By David Leibowitz
The argument began, as so many do, over words. A friend, male, late 40s, Jewish, was detailing an anti-Semitic insult he’d suffered at the hands of a client. Then he wanted it to be my turn.
“You must be the victim of discrimination like that all the time,” he asserted.
“I’ve never been the victim of anything in my life. Have I experienced anti-Semitic language and insults? Sure. A lot. But victimized? I don’t think so.”
Our conversation descended into semantics and harshness over what constitutes victimhood. My friend argued that we’re all — all 7.6 billion Earthlings — victims of slights and people we may never admit or never know harmed us. I argued that his definition of victimization trivializes real injury.
“If everyone’s a victim, then no one’s a victim” was my final salvo. “I’ve been to murder scenes. I’ve interviewed survivors of concentration camps and rape. I just don’t see a parallel between how they’ve been hurt and some idiot calling you a hebe.”
It’s true that there’s no such thing as a free lunch. Mine probably cost me a friend.
I thought about this exchange for days, about why being called a victim so lodged in my craw.
I guess it’s because in America today, the prevalent narrative — one I reject with great force — is that we are a nation of victims and victimizers, the afflicted and the afflicting, and I try every day to live my life as neither one.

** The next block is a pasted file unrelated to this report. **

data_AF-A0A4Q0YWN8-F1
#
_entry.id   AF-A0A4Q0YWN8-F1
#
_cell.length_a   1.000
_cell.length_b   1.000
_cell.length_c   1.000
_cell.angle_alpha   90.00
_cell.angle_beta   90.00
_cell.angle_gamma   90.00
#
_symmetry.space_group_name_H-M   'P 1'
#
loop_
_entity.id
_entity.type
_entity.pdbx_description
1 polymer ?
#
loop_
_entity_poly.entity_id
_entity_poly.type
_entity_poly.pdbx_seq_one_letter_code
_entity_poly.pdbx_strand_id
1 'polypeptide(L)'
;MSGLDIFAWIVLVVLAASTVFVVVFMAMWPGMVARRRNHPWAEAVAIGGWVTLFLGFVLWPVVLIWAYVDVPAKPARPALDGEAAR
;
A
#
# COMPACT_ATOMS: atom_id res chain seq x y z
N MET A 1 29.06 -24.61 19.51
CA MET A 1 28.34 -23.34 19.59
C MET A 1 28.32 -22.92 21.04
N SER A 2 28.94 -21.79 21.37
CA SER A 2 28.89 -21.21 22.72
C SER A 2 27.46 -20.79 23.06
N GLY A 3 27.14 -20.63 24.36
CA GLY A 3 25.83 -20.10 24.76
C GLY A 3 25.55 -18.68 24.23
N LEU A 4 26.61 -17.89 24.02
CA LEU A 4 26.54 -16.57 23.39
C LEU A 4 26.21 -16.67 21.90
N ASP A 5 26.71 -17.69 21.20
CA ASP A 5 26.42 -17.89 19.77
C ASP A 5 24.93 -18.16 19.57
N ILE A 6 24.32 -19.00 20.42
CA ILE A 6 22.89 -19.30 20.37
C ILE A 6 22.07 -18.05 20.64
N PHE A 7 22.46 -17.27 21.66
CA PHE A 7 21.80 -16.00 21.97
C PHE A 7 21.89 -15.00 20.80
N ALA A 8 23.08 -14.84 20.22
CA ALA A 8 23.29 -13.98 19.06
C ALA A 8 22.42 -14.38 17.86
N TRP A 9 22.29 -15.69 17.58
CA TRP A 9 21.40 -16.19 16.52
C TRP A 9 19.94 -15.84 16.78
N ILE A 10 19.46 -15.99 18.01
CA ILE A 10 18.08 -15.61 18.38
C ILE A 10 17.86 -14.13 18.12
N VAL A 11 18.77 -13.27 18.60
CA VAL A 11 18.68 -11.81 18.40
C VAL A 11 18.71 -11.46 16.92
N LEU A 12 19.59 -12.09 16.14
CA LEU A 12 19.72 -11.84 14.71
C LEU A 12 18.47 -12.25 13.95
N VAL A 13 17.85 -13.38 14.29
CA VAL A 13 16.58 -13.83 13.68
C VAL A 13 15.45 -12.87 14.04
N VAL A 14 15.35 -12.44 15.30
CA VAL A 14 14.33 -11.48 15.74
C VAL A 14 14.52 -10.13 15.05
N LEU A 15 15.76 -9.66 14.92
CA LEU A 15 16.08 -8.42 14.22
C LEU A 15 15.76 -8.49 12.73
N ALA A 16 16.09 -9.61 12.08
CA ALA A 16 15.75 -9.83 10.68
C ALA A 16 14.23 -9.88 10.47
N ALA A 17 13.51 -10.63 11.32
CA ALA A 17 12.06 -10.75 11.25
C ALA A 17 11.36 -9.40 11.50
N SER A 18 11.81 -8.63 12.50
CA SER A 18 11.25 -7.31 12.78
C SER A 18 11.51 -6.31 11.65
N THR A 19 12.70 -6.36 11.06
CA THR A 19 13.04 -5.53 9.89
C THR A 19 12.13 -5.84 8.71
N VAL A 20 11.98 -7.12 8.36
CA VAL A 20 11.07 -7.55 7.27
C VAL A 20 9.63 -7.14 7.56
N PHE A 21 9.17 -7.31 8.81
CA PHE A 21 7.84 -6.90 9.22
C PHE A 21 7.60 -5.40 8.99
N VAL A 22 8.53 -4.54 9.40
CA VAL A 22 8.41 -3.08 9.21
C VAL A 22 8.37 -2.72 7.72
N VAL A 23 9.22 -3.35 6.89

To consume news in 2021 is like reading an endless scroll of society’s victims.
Violence, racism, income inequality, police brutality, bullying, ageism, sexual harassment, gender inequality, COVID-19, LGBTQ discrimination, kink shaming, sizeism, and countless more stigmas and prejudices.
If I sound intolerant, cold or sarcastic — or like I’m “mansplaining” in a discriminatory huff — that’s not my intention.
But lately I find myself experiencing an “empathy deficit,” the sense that my well of compassion might be running lower than Lake Mead on a blazing June afternoon.
A confession: I do everything I can to empathize with victims in proportion to the injury done to them and the theft committed against them.
I grieve the murdered dead. I want justice and greater compassion for all who suffer sexual assault or hate crimes. I loathe Harvey Weinstein and Jeffrey Epstein for their criminal acts. I want police officers to seek out wrongdoers without seeing skin color.
I donate to charity. And yes, I “hold these truths to be self-evident, that all men are created equal” and that we, one and all, possess “certain unalienable rights, that among these are life, liberty and the pursuit of happiness.”
I was raised to honor the Golden Rule. Or, as Jesus put it in Matthew 7, “So in everything, do to others what you would have them do to you.”
That’s an old-fashioned way of thinking, of course. Today, it’s insufficient to treat others as you hope to be treated. Instead, we’re asked to treat everyone exactly as they would like to be treated or risk being branded a victimizer.
Alternately, we are expected to empathize with anyone who has not been treated up to their own exacting standards. Don’t believe me? Check the scathing Yelp reviews authored by anyone who has ever been served a not-quite-medium-rare burger.
There are victims in the world, and I do feel for them. But there are also people who seem to define themselves chiefly by the injuries they have suffered, every sickening insult, every deprivation, every last inequality.
That is their prerogative, I suppose. But they probably shouldn’t invite the rest of us to lunch anytime soon.